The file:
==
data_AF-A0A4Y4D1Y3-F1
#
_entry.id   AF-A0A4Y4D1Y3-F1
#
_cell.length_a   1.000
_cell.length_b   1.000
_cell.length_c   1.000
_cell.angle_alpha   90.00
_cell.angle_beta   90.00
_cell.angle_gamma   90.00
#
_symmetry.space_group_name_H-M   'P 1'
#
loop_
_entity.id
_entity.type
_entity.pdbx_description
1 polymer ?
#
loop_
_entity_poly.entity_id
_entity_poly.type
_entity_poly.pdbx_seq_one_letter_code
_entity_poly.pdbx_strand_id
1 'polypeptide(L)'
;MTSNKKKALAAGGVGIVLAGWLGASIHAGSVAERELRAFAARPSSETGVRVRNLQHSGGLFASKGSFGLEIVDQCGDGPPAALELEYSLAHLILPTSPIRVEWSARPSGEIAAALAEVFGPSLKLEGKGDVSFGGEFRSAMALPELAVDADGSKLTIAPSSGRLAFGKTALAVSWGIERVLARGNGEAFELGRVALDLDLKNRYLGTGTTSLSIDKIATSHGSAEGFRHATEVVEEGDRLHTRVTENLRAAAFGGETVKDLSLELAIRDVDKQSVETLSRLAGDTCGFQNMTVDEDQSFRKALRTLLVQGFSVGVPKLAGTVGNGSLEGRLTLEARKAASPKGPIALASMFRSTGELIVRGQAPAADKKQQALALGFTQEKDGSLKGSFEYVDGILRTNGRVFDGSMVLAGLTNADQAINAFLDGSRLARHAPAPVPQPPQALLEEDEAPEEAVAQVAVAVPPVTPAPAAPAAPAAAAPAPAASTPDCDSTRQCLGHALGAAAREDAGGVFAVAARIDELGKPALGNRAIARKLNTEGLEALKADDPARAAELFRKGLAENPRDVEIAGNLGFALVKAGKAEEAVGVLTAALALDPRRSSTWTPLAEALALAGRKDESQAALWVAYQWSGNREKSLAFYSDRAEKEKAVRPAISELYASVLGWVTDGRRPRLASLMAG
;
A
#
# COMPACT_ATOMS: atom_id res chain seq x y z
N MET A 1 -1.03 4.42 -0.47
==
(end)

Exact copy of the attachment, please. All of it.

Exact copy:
data_AF-A0A4Y4D1Y3-F1
#
_entry.id   AF-A0A4Y4D1Y3-F1
#
_cell.length_a   1.000
_cell.length_b   1.000
_cell.length_c   1.000
_cell.angle_alpha   90.00
_cell.angle_beta   90.00
_cell.angle_gamma   90.00
#
_symmetry.space_group_name_H-M   'P 1'
#
loop_
_entity.id
_entity.type
_entity.pdbx_description
1 polymer ?
#
loop_
_entity_poly.entity_id
_entity_poly.type
_entity_poly.pdbx_seq_one_letter_code
_entity_poly.pdbx_strand_id
1 'polypeptide(L)'
;MTSNKKKALAAGGVGIVLAGWLGASIHAGSVAERELRAFAARPSSETGVRVRNLQHSGGLFASKGSFGLEIVDQCGDGPPAALELEYSLAHLILPTSPIRVEWSARPSGEIAAALAEVFGPSLKLEGKGDVSFGGEFRSAMALPELAVDADGSKLTIAPSSGRLAFGKTALAVSWGIERVLARGNGEAFELGRVALDLDLKNRYLGTGTTSLSIDKIATSHGSAEGFRHATEVVEEGDRLHTRVTENLRAAAFGGETVKDLSLELAIRDVDKQSVETLSRLAGDTCGFQNMTVDEDQSFRKALRTLLVQGFSVGVPKLAGTVGNGSLEGRLTLEARKAASPKGPIALASMFRSTGELIVRGQAPAADKKQQALALGFTQEKDGSLKGSFEYVDGILRTNGRVFDGSMVLAGLTNADQAINAFLDGSRLARHAPAPVPQPPQALLEEDEAPEEAVAQVAVAVPPVTPAPAAPAAPAAAAPAPAASTPDCDSTRQCLGHALGAAAREDAGGVFAVAARIDELGKPALGNRAIARKLNTEGLEALKADDPARAAELFRKGLAENPRDVEIAGNLGFALVKAGKAEEAVGVLTAALALDPRRSSTWTPLAEALALAGRKDESQAALWVAYQWSGNREKSLAFYSDRAEKEKAVRPAISELYASVLGWVTDGRRPRLASLMAG
;
A
#
# COMPACT_ATOMS: atom_id res chain seq x y z
N MET A 1 -1.03 4.42 -0.47